Sometimes, by the grace of God, we are presented with a challenge that calls forth our best. What we discover is that by giving our best we become our best. Life is full of opportunities to become more.
A few years ago a doctor published this personal testimony, this confession, in a noted medical journal:
I considered myself one of the best and the brightest. Having just left a prestigious residency and fellowship program, I thought I was honed to a fine medical edge. My first law of medical practice was soon declared: “A wheelchair outside the treatment room door means trouble and should be avoided at all cost.” Because it means that your skills may not keep things under control.
Nevertheless, I violated that law one day, and after taking a deep breath I stepped over a wheelchair, opened a door and met John. He was a referral from a colleague, and I was silently furious because John, age 14, had cerebral palsy, was painfully deformed and was extremely ill. He had been abandoned by his parents at an early age, knew few friends and lived in a foster home. And there he was now in my treatment room. A God Provide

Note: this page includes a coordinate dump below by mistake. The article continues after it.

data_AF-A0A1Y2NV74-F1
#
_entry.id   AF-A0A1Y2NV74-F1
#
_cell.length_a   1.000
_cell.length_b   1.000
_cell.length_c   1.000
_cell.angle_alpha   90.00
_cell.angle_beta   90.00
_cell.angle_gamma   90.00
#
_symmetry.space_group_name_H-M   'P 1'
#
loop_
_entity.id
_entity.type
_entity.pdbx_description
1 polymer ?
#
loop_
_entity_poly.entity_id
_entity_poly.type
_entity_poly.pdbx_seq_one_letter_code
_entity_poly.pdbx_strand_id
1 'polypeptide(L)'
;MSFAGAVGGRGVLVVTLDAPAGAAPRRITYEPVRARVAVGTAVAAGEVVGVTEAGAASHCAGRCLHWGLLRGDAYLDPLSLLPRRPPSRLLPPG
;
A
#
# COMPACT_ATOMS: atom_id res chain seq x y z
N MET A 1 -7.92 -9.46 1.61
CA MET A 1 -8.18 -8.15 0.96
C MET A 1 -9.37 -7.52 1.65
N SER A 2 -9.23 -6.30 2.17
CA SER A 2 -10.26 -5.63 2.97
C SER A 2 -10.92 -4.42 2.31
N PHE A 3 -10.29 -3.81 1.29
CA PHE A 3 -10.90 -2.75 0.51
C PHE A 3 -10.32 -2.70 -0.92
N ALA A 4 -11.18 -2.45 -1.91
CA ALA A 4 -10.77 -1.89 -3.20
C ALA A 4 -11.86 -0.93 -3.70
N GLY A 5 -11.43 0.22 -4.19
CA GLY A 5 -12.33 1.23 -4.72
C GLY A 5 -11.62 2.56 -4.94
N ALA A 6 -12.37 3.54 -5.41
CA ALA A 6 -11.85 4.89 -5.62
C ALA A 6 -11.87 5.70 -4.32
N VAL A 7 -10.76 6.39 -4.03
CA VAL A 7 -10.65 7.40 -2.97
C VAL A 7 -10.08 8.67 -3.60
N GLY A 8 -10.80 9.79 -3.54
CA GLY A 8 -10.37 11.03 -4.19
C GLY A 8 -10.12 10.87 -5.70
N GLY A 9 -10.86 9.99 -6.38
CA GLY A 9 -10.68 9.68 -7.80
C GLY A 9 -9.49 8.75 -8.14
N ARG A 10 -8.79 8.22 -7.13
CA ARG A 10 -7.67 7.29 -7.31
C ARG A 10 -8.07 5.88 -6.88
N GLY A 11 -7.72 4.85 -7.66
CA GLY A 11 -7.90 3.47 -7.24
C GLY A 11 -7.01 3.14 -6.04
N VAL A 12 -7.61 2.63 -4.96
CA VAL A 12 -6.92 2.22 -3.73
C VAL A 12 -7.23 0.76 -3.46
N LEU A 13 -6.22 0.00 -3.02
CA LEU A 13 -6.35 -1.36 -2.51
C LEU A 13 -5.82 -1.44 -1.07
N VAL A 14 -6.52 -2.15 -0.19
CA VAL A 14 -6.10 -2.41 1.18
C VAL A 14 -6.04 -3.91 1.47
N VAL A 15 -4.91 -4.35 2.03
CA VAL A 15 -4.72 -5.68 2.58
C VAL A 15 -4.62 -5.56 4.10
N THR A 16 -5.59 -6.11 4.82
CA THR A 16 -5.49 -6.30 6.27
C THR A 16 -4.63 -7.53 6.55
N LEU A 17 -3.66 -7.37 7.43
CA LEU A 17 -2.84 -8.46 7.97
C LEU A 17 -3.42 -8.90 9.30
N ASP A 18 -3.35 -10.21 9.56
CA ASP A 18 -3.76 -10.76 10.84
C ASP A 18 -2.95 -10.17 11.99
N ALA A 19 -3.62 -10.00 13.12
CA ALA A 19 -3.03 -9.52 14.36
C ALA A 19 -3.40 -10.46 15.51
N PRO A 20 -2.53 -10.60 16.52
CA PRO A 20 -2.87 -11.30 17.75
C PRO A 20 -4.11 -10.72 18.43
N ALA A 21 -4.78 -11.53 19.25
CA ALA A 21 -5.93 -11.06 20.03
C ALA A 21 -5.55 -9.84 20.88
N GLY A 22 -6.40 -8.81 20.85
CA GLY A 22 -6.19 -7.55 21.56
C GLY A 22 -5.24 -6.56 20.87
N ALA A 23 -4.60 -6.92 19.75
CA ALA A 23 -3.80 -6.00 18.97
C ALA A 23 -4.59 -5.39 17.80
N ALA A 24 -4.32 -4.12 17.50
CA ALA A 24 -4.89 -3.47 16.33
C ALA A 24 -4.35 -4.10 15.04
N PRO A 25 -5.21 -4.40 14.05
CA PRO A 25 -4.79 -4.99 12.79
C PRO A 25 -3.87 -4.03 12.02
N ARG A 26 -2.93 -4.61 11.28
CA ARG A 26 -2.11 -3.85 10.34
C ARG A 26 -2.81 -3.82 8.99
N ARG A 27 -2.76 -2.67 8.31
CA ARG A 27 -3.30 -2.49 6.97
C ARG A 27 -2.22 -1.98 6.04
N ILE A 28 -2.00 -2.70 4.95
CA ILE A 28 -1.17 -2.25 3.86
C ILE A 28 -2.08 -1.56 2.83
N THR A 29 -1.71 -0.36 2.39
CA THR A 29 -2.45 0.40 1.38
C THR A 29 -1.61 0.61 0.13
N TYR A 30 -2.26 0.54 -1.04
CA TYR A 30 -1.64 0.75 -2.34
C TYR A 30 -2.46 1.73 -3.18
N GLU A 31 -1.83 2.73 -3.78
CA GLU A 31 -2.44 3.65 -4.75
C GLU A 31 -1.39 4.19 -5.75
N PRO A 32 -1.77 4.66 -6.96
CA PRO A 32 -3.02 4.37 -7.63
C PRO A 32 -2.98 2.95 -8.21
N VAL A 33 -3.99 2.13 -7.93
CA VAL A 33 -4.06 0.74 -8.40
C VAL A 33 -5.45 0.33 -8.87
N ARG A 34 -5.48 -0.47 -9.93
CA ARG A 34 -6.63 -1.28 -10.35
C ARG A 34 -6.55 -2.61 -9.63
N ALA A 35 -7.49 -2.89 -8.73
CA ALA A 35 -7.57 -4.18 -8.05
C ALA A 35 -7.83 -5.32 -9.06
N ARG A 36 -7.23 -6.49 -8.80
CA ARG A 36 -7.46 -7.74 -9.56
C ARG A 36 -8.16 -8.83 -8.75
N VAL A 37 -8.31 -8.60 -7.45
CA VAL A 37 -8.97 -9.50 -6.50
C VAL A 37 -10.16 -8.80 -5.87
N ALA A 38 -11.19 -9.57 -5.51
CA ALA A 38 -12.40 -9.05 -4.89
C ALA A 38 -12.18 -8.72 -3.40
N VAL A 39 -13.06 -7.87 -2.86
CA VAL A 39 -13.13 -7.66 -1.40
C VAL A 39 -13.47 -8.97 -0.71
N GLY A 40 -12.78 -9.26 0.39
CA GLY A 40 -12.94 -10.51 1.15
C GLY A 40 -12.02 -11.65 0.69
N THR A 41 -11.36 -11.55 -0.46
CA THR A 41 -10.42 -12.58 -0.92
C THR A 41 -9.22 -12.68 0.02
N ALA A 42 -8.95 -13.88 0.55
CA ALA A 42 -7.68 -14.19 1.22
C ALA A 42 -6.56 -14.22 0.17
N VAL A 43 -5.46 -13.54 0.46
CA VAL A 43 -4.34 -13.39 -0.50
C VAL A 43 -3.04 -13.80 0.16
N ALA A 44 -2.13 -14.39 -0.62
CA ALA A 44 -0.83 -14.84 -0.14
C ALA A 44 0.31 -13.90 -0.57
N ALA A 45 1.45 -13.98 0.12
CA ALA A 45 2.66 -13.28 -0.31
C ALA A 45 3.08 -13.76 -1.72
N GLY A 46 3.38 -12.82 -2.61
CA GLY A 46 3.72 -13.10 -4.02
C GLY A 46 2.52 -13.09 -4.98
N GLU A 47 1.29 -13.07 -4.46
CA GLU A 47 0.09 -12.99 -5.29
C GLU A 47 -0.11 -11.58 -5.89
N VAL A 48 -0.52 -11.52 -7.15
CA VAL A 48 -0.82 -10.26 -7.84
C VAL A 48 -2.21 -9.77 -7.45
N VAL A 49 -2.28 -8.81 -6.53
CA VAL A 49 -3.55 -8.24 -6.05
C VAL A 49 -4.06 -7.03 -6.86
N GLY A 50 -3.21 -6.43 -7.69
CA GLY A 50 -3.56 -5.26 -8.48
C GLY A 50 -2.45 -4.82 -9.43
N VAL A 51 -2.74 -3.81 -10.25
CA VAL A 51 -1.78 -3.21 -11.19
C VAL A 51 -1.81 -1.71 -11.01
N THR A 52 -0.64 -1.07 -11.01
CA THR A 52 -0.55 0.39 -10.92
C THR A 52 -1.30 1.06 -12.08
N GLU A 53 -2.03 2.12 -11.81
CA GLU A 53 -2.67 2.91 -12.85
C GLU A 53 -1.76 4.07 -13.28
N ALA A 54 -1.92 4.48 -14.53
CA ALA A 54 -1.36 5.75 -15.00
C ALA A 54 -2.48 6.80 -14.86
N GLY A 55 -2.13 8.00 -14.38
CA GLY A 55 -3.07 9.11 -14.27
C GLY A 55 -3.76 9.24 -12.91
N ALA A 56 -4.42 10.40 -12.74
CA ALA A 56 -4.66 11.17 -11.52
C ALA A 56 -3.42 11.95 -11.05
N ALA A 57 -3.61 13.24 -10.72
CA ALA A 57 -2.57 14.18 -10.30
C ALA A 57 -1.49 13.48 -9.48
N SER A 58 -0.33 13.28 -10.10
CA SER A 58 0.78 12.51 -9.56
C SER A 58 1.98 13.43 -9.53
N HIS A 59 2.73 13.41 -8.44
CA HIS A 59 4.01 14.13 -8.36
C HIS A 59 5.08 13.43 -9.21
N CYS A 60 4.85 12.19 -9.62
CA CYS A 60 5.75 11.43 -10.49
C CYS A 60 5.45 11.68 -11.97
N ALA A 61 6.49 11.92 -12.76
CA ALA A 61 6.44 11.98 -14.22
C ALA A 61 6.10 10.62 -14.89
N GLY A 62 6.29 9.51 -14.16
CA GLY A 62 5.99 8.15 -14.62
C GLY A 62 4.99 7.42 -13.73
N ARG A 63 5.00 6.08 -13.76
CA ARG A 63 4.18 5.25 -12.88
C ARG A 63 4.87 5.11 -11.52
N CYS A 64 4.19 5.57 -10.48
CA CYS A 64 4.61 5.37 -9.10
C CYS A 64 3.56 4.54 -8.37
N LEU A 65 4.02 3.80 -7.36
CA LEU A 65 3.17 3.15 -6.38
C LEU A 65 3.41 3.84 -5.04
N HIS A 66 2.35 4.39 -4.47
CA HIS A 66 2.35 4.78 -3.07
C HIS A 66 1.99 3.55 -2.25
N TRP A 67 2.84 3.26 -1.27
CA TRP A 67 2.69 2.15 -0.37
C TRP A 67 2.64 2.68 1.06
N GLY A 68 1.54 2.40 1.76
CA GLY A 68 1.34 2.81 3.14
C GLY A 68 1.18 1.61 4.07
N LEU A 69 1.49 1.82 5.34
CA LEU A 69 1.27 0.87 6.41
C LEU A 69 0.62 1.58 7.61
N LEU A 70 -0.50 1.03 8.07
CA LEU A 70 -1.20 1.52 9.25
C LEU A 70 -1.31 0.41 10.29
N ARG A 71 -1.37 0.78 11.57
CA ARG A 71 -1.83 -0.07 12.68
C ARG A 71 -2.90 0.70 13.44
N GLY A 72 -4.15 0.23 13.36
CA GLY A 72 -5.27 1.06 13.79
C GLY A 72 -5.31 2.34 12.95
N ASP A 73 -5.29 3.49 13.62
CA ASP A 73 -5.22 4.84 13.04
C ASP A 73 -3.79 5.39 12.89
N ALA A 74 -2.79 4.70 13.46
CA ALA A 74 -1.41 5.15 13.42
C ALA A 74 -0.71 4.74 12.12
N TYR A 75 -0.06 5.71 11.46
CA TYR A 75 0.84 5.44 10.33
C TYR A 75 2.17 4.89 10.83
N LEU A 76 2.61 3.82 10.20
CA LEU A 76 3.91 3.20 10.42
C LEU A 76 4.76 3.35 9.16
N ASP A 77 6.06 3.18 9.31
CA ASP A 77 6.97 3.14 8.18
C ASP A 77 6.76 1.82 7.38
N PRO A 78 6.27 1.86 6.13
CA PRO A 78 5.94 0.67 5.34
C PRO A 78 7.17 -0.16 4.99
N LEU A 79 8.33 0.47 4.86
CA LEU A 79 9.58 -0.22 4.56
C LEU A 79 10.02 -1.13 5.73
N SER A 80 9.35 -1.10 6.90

John also had widespread cancer. During the next year, numerous and prolonged hospitalizations were required to keep him partially comfortable. He never complained and showed uncommon courage; nonetheless, his care became an increasing ordeal.
Finally, after a particularly frustrating day for the two of us, John grabbed my arm and said, “I’m sorry to be such a burden to you.”
That night John died.
I’ve never forgotten John and the lesson he taught me. He taught me that there was more to me than I gave myself credit for being. He taught me that giving my best is to become my best. He taught me that life is full of opportunities to become more. And to think I almost missed it.
Lent is a time for us to reflect and to become more!!
Story provided by Michael D. Powell